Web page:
This article is part of a series examining the Coalition government’s record on key issues while in power and what Labor is promising if it wins the 2019 federal election.
Election season means transport season: just as the recent New South Wales and Victorian elections gave us massive new transport promises, so too is the federal government relying on the enduring popularity of new roads and rail. But look beyond the rhetoric and the past three years have been largely business as usual. That leaves plenty of room for the next government, of whatever colour, to take a fresh look at how transport promises are made – and plenty of room to improve.
Last week’s federal budget committed to transport expenditure of A$7.4 billion in 2019-20, and A$33 billion over the four-year forward estimates period.
The government claims it’s spending a record A$100 billion over a decade. Yet the opposition claims: “Across the four years of this budget, Commonwealth investment in infrastructure actually falls, from A$8 billion to A$4.5 billion.” And Infrastructure Partnerships Australia says recent budgets are down on the long-term average by about A$11 billion over the forward estimates.
How much is the government actually spending?
With such polarised views, who are we to believe?
In reality, the expenditure for 2019-20 is absolutely normal. At 0.37% of GDP, it’s close to the midpoint of spending on transport under treasurers Scott Morrison, Joe Hockey and Wayne Swan. In each of the past ten budgets, annual transport spending in the year following the budget has been 0.26-0.53% of GDP.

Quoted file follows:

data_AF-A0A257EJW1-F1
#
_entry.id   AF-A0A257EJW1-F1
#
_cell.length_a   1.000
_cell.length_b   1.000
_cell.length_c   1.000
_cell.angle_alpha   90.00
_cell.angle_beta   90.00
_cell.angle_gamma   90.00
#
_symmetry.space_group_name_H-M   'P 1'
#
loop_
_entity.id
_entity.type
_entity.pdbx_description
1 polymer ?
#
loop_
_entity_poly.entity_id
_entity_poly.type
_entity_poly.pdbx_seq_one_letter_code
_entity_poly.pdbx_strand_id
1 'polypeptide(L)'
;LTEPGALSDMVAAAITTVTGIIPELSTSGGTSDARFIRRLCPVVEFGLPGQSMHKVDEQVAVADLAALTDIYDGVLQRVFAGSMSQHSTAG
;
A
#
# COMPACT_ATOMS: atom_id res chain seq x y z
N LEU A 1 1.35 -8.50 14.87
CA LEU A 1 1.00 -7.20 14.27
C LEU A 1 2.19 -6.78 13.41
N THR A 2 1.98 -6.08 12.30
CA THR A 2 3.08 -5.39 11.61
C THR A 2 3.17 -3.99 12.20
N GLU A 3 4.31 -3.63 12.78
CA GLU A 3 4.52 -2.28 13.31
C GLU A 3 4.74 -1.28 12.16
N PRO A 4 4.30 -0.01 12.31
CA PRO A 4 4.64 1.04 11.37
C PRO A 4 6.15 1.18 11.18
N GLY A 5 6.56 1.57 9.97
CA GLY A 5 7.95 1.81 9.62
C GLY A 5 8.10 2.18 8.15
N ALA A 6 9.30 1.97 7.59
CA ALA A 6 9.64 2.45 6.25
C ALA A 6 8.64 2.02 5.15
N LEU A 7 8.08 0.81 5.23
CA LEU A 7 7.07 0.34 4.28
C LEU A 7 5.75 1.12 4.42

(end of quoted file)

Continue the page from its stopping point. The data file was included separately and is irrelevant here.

What is different is the extent of promises that lie beyond the forward estimates period. The move to a ten-year pipeline of promises might be fine in theory, but an interested elector can rely only on what’s in the budget papers. And from that they would conclude there’s nothing unusual to see here.
A new enthusiasm for equity investments
All these figures concern grants to state governments, which are responsible for transport networks. But, in addition to these grants, the federal government has developed an enthusiasm for funding projects “off-budget”. In the past two years, the Commonwealth made equity investments of A$9.3 billion in Inland Rail and A$5.3 billion in Western Sydney Airport.
The Charter of Budget Honesty states that an investment can be treated as an off-budget equity injection only if the government has a “reasonable expectation” of recovering the investment. In other words, the entity must be expected to make a positive return over time.
But this gives governments a lot of latitude. A positive rate of return is not the same as a commercial one. And there seems little likelihood of commercial returns in either case.
For Inland Rail, it’s no secret that the Australian Rail Track Corporation will never be asked to repay the A$9.3 billion, even when project revenues start to flow in 2025. Let’s hope the finance minister is right to insist there’s no prospect the project will need even more taxpayer support, despite the risks identified in the budget papers themselves and by the Commonwealth Auditor-General. With no expectation of repayment, there is no practical difference between this “equity investment” and a grant.Mick Tsikas/AAP